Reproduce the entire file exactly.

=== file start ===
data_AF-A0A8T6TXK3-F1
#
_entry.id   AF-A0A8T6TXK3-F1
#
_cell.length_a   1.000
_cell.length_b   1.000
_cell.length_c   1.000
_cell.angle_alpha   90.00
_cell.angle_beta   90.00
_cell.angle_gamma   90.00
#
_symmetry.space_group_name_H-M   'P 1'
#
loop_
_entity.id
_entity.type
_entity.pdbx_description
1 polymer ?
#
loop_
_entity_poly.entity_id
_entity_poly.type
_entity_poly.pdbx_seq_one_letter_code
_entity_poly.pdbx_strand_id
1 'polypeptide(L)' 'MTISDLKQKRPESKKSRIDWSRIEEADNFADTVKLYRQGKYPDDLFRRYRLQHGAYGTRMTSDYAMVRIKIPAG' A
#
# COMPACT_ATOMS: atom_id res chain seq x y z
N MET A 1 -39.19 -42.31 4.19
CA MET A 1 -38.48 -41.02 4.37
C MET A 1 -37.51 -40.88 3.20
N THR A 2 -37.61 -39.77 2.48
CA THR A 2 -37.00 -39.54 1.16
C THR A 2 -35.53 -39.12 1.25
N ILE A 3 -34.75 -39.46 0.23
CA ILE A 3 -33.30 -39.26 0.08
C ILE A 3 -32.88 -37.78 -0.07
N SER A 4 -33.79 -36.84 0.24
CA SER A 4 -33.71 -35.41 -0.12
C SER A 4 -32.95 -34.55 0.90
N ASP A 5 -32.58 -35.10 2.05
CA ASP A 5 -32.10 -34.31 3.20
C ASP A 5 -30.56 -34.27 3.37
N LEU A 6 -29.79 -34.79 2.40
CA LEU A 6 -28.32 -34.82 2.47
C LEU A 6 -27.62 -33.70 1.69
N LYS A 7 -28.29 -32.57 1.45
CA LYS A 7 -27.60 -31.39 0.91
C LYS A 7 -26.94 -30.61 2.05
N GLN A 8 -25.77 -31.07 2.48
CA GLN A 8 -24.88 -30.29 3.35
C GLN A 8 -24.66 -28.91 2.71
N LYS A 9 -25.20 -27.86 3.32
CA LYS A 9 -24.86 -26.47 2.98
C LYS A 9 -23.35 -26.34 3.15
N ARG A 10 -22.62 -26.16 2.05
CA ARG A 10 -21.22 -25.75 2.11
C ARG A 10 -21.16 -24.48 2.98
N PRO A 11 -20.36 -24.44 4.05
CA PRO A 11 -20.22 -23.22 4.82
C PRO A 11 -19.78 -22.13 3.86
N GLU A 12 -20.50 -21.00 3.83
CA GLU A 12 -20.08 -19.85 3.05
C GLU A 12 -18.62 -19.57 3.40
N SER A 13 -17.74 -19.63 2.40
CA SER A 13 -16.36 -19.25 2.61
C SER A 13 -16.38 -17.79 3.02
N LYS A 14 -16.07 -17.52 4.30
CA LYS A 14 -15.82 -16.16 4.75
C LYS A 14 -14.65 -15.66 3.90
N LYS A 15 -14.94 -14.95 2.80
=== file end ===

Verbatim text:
data_AF-A0A8T6TXK3-F1
#
_entry.id   AF-A0A8T6TXK3-F1
#
_cell.length_a   1.000
_cell.length_b   1.000
_cell.length_c   1.000
_cell.angle_alpha   90.00
_cell.angle_beta   90.00
_cell.angle_gamma   90.00
#
_symmetry.space_group_name_H-M   'P 1'
#
loop_
_entity.id
_entity.type
_entity.pdbx_description
1 polymer ?
#
loop_
_entity_poly.entity_id
_entity_poly.type
_entity_poly.pdbx_seq_one_letter_code
_entity_poly.pdbx_strand_id
1 'polypeptide(L)' 'MTISDLKQKRPESKKSRIDWSRIEEADNFADTVKLYRQGKYPDDLFRRYRLQHGAYGTRMTSDYAMVRIKIPAG' A
#
# COMPACT_ATOMS: atom_id res chain seq x y z
N MET A 1 -39.19 -42.31 4.19
CA MET A 1 -38.48 -41.02 4.37
C MET A 1 -37.51 -40.88 3.20
N THR A 2 -37.61 -39.77 2.48
CA THR A 2 -37.00 -39.54 1.16
C THR A 2 -35.53 -39.12 1.25
N ILE A 3 -34.75 -39.46 0.23
CA ILE A 3 -33.30 -39.26 0.08
C ILE A 3 -32.88 -37.78 -0.07
N SER A 4 -33.79 -36.84 0.24
CA SER A 4 -33.71 -35.41 -0.12
C SER A 4 -32.95 -34.55 0.90
N ASP A 5 -32.58 -35.10 2.05
CA ASP A 5 -32.10 -34.31 3.20
C ASP A 5 -30.56 -34.27 3.37
N LEU A 6 -29.79 -34.79 2.40
CA LEU A 6 -28.32 -34.82 2.47
C LEU A 6 -27.62 -33.70 1.69
N LYS A 7 -28.29 -32.57 1.45
CA LYS A 7 -27.60 -31.39 0.91
C LYS A 7 -26.94 -30.61 2.05
N GLN A 8 -25.77 -31.07 2.48
CA GLN A 8 -24.88 -30.29 3.35
C GLN A 8 -24.66 -28.91 2.71
N LYS A 9 -25.20 -27.86 3.32
CA LYS A 9 -24.86 -26.47 2.98
C LYS A 9 -23.35 -26.34 3.15
N ARG A 10 -22.62 -26.16 2.05
CA ARG A 10 -21.22 -25.75 2.11
C ARG A 10 -21.16 -24.48 2.98
N PRO A 11 -20.36 -24.44 4.05
CA PRO A 11 -20.22 -23.22 4.82
C PRO A 11 -19.78 -22.13 3.86
N GLU A 12 -20.50 -21.00 3.83
CA GLU A 12 -20.08 -19.85 3.05
C GLU A 12 -18.62 -19.57 3.40
N SER A 13 -17.74 -19.63 2.40
CA SER A 13 -16.36 -19.25 2.61
C SER A 13 -16.38 -17.79 3.02
N LYS A 14 -16.07 -17.52 4.30
CA LYS A 14 -15.82 -16.16 4.75
C LYS A 14 -14.65 -15.66 3.90
N LYS A 15 -14.94 -14.95 2.80